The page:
The Waifs

Compass Records, 2017

REVIEW BY: David Bowling


Folk music is alive and well down under. Little known in the United States, The Waifs is folk music icons in their home country of Australia, having practiced their trade for the past quarter-century.my_heart_sings_the_harmony_web_ad_alt_250

Donna Simpson, Vikki Thorn, and Josh Cunningham, along with supporting musicians David MacDonald and Ben Franz, gathered at Cunningham’s home and recorded a live, mostly acoustic set of original songs. The result was their new album Ironbark, which is a two-CD, 25 song set.

Thorn, Cunningham, and Simpson have voices that are made for harmonizing together, whether in twos or threes. They also rotate the lead vocals, many times on the same song. They have the capacity to provide dual lead vocals as well, similar to the Everly Brothers style.

They write all their own material, which are story songs in the folk tradition. Instrumentation is kept mostly to a minimum in order to keep the focus on the words and voices. Most of the tracks are elemental, made up by just an acoustic guitar, a double bass, and what is called a percussion junk kit.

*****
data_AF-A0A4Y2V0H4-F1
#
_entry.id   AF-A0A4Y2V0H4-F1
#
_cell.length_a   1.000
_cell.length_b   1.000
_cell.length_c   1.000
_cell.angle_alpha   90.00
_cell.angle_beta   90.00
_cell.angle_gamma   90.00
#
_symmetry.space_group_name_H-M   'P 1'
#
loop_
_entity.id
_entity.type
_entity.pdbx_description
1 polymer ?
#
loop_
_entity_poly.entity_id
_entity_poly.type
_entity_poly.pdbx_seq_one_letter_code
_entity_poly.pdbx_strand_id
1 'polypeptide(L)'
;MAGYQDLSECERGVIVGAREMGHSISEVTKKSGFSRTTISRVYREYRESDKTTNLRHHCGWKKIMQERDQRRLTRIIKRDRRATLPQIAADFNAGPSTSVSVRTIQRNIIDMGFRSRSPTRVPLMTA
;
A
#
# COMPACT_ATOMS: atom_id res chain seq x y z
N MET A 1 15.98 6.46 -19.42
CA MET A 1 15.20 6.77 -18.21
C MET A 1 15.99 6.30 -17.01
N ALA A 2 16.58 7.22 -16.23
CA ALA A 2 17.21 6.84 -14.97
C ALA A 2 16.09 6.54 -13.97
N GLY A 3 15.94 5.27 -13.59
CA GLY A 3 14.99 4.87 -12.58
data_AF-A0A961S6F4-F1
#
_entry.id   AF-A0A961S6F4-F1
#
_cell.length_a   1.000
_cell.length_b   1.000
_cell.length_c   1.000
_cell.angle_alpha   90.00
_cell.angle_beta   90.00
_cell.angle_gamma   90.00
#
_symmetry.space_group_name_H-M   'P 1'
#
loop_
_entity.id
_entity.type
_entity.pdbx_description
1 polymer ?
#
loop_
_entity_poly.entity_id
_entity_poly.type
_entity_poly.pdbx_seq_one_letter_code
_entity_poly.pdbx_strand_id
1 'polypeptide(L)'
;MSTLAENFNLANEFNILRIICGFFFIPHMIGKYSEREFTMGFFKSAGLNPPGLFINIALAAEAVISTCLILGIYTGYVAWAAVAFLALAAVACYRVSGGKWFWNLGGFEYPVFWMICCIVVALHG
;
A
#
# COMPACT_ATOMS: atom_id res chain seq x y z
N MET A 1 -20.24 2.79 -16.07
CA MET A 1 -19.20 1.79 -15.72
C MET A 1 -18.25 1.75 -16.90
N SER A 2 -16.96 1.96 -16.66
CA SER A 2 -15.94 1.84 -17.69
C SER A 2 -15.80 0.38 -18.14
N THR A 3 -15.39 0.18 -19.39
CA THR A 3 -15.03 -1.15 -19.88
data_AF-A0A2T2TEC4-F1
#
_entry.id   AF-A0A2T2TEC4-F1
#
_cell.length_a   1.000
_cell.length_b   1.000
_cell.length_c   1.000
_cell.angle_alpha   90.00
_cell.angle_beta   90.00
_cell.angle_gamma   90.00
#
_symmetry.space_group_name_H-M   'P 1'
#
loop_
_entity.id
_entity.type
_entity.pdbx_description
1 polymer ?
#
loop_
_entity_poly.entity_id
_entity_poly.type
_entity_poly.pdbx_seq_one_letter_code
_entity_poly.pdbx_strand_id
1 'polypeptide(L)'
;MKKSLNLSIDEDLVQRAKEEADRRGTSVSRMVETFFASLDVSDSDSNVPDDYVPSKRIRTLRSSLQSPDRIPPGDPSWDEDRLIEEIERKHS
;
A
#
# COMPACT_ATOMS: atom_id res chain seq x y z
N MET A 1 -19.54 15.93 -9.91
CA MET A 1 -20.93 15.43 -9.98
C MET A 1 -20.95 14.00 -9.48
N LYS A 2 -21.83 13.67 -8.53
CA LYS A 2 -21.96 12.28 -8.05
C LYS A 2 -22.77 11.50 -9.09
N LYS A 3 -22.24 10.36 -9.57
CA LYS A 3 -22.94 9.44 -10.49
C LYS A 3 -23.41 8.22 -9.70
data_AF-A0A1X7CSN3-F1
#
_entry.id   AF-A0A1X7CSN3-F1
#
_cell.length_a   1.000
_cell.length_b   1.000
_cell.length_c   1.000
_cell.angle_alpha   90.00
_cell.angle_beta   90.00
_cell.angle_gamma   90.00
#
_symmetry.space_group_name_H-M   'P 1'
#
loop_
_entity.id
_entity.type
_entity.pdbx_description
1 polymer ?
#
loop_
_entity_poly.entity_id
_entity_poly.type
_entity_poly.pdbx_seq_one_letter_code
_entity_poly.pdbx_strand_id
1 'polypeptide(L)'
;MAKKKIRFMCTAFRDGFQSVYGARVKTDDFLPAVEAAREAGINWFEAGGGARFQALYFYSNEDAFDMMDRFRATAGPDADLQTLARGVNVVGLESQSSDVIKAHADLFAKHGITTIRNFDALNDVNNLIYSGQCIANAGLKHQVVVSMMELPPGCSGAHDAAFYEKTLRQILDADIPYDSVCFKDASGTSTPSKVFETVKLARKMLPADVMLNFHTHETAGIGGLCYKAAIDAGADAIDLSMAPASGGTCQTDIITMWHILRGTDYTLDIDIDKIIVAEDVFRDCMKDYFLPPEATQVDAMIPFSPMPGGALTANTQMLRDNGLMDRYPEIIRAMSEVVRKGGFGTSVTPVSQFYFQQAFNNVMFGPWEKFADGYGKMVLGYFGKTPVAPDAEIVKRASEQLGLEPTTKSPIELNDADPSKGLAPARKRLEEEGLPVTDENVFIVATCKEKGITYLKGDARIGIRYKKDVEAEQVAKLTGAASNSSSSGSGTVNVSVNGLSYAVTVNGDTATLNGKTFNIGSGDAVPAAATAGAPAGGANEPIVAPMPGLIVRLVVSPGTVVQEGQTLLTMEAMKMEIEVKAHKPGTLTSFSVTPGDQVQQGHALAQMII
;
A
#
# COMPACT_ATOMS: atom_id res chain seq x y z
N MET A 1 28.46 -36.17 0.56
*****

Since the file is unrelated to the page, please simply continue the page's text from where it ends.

Tracks such as “Ironbark,” “Song For Jacqueline,” “Higher Ground,” and “I Won’t Go Down” represent their approach. The stories are reflective and introspective, while the music just washes over you. It is music for the mind and soul rather than for the dance floor.

Ironbark is a folk music in the traditional sense, yet it has a very modern feel, which is sometimes difficult to do when presenting simple songs at their most basic. The Waifs has put together an album of tales that is well-worth exploring.

Rating: B+

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